Rep. Johnson pleased to take part in Arbitration Fairness Day
April 28, 2009
WASHINGTON – When Jamie Leigh Jones of Houston was allegedly raped by co-workers while working for a Halliburton subsidiary in Iraq, her company said she couldn’t take her assailants court because the employment agreement she signed required her claims to be settled through arbitration.
David Kurth of Burlington, Wis., was also denied the ability to sue after his father died as a result of alleged poor care he received in a nursing home. The nursing home claimed the paperwork a family member had signed when the father was admitted required the matter to go to binding arbitration.
It is cases such as these and thousands of others that prompted Rep. Hank Johnson (GA-04) to introduce H.R. 1020, the Arbitration Fairness Act of 2009 in February.
And it is also the reason he is pleased to announce he will participate in Arbitration Fairness Day on Wednesday, April 29 at the Dirksen Senate Office Building.
Johnson’s bill, which he first introduced in the 110th Congress, has set the standard in its attempt to protect consumers from business practices that require them to cede their rights to a jury trial as a condition of service.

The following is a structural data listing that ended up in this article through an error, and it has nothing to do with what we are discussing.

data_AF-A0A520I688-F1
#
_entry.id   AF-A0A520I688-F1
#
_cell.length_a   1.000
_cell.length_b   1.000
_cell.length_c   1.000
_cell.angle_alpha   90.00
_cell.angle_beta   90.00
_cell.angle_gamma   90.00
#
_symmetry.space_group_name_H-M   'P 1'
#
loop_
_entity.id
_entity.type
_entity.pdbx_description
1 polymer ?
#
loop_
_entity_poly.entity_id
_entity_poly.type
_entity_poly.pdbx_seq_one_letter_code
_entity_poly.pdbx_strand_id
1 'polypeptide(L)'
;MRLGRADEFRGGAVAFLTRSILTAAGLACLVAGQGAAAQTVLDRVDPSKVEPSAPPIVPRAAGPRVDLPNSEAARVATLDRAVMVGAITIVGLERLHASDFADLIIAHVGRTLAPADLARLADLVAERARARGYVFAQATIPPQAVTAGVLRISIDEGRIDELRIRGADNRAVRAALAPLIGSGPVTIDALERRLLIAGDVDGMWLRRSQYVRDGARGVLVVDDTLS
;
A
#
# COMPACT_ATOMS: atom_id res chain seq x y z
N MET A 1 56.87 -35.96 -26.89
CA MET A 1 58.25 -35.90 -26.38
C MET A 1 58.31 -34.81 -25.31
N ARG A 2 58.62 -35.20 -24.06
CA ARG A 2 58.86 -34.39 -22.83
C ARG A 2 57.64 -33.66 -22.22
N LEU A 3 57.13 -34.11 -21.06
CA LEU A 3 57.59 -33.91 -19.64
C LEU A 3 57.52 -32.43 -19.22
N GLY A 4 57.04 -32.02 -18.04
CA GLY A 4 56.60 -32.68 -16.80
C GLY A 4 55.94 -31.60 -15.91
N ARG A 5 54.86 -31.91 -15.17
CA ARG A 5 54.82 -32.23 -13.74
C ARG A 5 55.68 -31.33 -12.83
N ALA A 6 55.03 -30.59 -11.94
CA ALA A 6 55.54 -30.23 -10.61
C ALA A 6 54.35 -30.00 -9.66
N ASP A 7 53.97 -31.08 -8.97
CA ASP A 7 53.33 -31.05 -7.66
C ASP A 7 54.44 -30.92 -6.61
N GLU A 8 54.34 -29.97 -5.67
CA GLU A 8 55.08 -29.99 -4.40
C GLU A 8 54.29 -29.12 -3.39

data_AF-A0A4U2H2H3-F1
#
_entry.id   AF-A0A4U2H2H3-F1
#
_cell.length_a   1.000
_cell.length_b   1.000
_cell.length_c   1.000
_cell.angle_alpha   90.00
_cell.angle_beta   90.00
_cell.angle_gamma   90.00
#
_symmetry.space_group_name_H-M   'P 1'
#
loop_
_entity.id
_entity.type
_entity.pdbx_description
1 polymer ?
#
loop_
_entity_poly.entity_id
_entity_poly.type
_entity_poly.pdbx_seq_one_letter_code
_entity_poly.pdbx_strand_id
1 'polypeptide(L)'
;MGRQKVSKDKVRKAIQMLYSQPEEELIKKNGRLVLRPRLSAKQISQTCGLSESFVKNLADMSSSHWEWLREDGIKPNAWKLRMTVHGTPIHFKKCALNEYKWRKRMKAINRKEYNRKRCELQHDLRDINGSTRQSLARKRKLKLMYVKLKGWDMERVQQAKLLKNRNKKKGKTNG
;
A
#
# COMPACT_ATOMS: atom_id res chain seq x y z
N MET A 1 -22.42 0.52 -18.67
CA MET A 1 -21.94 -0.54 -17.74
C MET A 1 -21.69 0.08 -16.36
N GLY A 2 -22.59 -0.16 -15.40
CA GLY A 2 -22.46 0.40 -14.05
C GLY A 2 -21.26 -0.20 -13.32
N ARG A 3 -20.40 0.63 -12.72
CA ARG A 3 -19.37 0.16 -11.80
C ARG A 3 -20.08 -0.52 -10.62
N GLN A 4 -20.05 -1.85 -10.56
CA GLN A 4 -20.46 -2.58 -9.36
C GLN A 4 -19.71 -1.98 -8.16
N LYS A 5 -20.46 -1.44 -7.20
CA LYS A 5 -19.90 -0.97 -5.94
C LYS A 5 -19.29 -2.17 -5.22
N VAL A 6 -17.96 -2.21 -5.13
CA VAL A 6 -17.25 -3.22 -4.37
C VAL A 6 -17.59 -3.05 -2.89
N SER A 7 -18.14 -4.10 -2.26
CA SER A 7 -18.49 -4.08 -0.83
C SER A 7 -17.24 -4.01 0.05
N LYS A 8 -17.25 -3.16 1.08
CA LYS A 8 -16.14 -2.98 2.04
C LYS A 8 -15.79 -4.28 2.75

Johnson will join Sen. Russ Feingold (D-WI) in Dirksen Senate Office Building for a 12:15 p.m. press conference on April 29 to bring public awareness to the issue. The event is being sponsored by a consortium of advocacy groups, including Public Citizen and the American Association of Justice.
Today, many businesses rely on mandatory and binding pre-dispute arbitration agreements that force consumers, employees and franchisees to settle any dispute with a company providing products or services without the benefit of a jury trial.
“This is not an anti-business bill, but a pro-consumer bill,” said Johnson.
“One of our indelible rights is the right of a jury trial. Guaranteed by the Constitution, this right has been gradually ceded by citizens every day as they purchase a new cell phone, buy a home, place a loved one in a nursing home, or accept a new job. Once used as a tool for businesses to solve their disputes, arbitration agreements have found their way into employment, consumer, franchise and medical contracts.”
The Judiciary Committee, on which Johnson serves, held hearings on the bill in 2007 and 2008. Sen. Feingold introduced similar legislation in the Senate in 2007.